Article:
Recently, the folks at Comic Book Resources reported on an exciting announcement at HeroesCon in North Carlonia -- Longbox Digital Comics. Basically, Longbox is marketing itself as the iTunes of comics -- a place where consumers can purchase digital versions of their favorite single-issue comics for a low price (99 cents!). The interface looks really neat, with the ability not only to easily organize your digital comics, but to enlarge individual panels for easy viewing (see below).
With a target release of late 2009, I think that there is some great potential here for getting comics into the classroom in a much more cost-effective (not to mention environmentally-friendly) manner. As Ron Richards from iFanboy mentioned in a recent article, the key to success is securing the big comic book publishers, one of which (Marvel, through their Digital Comics Unlimited program) already has a subscription-based digital comics service. (Though as Ron mentions succintly in his article, Marvel does not allow for offline reading of their digital comics--something that Longbox will.)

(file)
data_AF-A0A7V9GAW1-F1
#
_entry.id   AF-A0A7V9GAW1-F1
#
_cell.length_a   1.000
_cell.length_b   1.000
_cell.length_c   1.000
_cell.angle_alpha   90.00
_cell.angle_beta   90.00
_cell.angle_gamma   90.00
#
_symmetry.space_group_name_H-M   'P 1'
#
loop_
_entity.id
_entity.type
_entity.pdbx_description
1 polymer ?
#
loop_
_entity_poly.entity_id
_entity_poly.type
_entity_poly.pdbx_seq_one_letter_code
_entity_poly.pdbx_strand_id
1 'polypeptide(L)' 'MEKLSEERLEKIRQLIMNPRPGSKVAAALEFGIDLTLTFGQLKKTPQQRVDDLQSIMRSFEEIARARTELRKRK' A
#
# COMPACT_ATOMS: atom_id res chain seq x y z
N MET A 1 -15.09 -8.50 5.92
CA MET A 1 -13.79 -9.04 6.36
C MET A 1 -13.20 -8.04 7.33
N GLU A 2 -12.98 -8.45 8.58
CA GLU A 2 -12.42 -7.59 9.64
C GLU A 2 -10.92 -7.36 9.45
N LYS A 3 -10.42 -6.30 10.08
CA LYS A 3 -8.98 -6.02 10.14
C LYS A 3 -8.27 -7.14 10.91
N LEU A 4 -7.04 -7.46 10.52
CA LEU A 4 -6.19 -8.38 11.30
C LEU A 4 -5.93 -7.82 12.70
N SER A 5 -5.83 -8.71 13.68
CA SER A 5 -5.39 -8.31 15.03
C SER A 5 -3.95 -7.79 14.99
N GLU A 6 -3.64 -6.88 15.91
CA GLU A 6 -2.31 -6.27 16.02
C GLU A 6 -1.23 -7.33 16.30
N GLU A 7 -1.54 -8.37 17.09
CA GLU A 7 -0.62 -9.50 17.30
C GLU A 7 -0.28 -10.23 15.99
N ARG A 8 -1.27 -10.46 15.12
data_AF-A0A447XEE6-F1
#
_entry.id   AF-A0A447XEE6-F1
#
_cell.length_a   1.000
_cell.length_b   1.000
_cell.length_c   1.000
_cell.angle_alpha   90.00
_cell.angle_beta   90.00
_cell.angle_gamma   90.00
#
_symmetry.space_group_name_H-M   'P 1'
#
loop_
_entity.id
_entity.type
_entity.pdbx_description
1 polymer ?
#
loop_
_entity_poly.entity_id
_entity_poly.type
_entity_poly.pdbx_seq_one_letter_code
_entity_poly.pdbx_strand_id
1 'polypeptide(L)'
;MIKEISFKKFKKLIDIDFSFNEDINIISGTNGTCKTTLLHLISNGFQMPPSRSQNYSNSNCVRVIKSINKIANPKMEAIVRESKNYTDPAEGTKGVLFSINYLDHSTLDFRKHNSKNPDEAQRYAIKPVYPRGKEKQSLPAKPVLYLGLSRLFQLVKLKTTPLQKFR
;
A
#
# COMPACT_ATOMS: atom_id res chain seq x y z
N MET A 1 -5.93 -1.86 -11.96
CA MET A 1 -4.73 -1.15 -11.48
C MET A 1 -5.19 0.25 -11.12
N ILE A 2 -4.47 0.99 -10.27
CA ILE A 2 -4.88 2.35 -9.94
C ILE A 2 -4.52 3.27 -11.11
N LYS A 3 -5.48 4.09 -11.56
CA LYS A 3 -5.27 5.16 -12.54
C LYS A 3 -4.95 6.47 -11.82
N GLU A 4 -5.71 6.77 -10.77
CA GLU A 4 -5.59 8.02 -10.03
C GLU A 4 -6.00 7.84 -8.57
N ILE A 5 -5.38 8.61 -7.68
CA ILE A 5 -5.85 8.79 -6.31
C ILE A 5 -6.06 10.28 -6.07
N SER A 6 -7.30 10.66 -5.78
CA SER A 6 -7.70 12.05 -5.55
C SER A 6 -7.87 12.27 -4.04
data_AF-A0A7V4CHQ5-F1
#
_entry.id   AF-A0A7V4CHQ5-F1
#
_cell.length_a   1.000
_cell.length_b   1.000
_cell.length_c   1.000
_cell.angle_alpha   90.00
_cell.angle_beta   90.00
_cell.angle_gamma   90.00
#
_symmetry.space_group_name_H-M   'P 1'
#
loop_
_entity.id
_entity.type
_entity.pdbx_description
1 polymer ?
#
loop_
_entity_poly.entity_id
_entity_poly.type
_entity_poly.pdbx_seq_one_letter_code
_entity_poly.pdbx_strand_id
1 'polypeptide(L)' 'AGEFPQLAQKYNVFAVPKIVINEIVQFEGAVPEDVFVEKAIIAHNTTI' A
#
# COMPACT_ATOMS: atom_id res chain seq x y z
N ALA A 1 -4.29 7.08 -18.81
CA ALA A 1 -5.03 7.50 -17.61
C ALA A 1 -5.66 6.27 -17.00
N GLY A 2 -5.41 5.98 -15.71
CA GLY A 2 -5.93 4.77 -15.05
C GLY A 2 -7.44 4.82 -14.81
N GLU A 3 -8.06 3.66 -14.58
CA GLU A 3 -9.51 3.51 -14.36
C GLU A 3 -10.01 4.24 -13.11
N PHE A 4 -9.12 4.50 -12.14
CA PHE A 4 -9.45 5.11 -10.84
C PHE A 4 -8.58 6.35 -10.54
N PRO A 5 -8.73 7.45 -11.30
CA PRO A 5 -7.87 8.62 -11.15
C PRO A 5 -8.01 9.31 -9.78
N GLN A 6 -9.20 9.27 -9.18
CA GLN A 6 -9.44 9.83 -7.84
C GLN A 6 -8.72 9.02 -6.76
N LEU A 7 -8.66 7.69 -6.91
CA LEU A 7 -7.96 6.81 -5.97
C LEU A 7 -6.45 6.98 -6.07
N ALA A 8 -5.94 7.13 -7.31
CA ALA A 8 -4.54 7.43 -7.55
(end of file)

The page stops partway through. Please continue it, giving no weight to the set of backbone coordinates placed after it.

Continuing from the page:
Some concerns I have about such a service in the classroom:
- Would students feel comfortable reading comics from a computer screen? I've heard adults bemoan the rising popularity of hardware like Amazon's Kindle, but is there a generation gap that might explain a greater receptiveness by students to reading digitally?
- The aforementioned announcement at HeroesCon included mention of developing software for use with the Kindle and iPhone & iPod Touch. While I believe the digital comics format can work on a large-ish computer monitor or television screen, will it work on small, portable devices?